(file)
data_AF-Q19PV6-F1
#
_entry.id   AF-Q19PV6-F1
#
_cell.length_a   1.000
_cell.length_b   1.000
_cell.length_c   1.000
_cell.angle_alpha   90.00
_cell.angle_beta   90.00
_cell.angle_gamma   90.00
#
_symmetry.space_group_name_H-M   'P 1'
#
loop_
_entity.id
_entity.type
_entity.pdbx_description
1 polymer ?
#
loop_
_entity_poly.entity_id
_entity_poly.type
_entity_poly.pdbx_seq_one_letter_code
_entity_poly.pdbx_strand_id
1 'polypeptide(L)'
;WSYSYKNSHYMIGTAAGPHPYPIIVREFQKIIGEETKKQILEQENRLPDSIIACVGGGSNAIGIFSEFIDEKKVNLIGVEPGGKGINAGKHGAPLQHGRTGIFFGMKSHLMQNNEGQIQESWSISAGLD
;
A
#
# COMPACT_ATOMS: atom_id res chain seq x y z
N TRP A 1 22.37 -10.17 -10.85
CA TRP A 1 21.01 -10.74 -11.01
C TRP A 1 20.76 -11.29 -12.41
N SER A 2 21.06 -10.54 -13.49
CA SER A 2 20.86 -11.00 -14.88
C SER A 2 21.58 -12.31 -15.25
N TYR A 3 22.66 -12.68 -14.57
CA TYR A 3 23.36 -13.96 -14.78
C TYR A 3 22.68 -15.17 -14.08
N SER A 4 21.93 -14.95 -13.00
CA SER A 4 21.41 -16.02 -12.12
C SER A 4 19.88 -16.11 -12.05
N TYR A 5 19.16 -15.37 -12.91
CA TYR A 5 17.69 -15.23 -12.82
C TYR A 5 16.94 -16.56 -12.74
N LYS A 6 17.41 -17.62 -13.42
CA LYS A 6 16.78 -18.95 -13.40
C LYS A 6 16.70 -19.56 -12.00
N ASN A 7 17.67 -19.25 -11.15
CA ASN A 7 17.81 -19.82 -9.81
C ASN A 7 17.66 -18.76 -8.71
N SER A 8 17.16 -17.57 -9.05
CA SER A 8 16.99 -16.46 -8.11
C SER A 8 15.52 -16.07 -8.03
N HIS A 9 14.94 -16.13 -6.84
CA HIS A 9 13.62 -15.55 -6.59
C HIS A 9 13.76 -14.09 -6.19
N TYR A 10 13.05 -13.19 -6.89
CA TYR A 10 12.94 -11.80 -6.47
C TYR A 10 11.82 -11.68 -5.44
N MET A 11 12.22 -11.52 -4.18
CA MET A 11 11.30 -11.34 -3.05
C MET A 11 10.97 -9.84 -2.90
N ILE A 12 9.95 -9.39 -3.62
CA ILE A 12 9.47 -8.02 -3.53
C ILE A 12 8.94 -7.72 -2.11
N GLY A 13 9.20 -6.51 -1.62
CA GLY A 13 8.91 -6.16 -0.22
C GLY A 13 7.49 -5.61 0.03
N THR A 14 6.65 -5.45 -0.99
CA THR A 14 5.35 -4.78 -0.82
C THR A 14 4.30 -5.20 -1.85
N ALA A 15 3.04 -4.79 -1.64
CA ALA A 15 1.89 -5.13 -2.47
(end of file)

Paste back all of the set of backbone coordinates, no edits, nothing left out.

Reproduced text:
data_AF-Q19PV6-F1
#
_entry.id   AF-Q19PV6-F1
#
_cell.length_a   1.000
_cell.length_b   1.000
_cell.length_c   1.000
_cell.angle_alpha   90.00
_cell.angle_beta   90.00
_cell.angle_gamma   90.00
#
_symmetry.space_group_name_H-M   'P 1'
#
loop_
_entity.id
_entity.type
_entity.pdbx_description
1 polymer ?
#
loop_
_entity_poly.entity_id
_entity_poly.type
_entity_poly.pdbx_seq_one_letter_code
_entity_poly.pdbx_strand_id
1 'polypeptide(L)'
;WSYSYKNSHYMIGTAAGPHPYPIIVREFQKIIGEETKKQILEQENRLPDSIIACVGGGSNAIGIFSEFIDEKKVNLIGVEPGGKGINAGKHGAPLQHGRTGIFFGMKSHLMQNNEGQIQESWSISAGLD
;
A
#
# COMPACT_ATOMS: atom_id res chain seq x y z
N TRP A 1 22.37 -10.17 -10.85
CA TRP A 1 21.01 -10.74 -11.01
C TRP A 1 20.76 -11.29 -12.41
N SER A 2 21.06 -10.54 -13.49
CA SER A 2 20.86 -11.00 -14.88
C SER A 2 21.58 -12.31 -15.25
N TYR A 3 22.66 -12.68 -14.57
CA TYR A 3 23.36 -13.96 -14.78
C TYR A 3 22.68 -15.17 -14.08
N SER A 4 21.93 -14.95 -13.00
CA SER A 4 21.41 -16.02 -12.12
C SER A 4 19.88 -16.11 -12.05
N TYR A 5 19.16 -15.37 -12.91
CA TYR A 5 17.69 -15.23 -12.82
C TYR A 5 16.94 -16.56 -12.74
N LYS A 6 17.41 -17.62 -13.42
CA LYS A 6 16.78 -18.95 -13.40
C LYS A 6 16.70 -19.56 -12.00
N ASN A 7 17.67 -19.25 -11.15
CA ASN A 7 17.81 -19.82 -9.81
C ASN A 7 17.66 -18.76 -8.71
N SER A 8 17.16 -17.57 -9.05
CA SER A 8 16.99 -16.46 -8.11
C SER A 8 15.52 -16.07 -8.03
N HIS A 9 14.94 -16.13 -6.84
CA HIS A 9 13.62 -15.55 -6.59
C HIS A 9 13.76 -14.09 -6.19
N TYR A 10 13.05 -13.19 -6.89
CA TYR A 10 12.94 -11.80 -6.47
C TYR A 10 11.82 -11.68 -5.44
N MET A 11 12.22 -11.52 -4.18
CA MET A 11 11.30 -11.34 -3.05
C MET A 11 10.97 -9.84 -2.90
N ILE A 12 9.95 -9.39 -3.62
CA ILE A 12 9.47 -8.02 -3.53
C ILE A 12 8.94 -7.72 -2.11
N GLY A 13 9.20 -6.51 -1.62
CA GLY A 13 8.91 -6.16 -0.22
C GLY A 13 7.49 -5.61 0.03
N THR A 14 6.65 -5.45 -0.99
CA THR A 14 5.35 -4.78 -0.82
C THR A 14 4.30 -5.20 -1.85
N ALA A 15 3.04 -4.79 -1.64
CA ALA A 15 1.89 -5.13 -2.47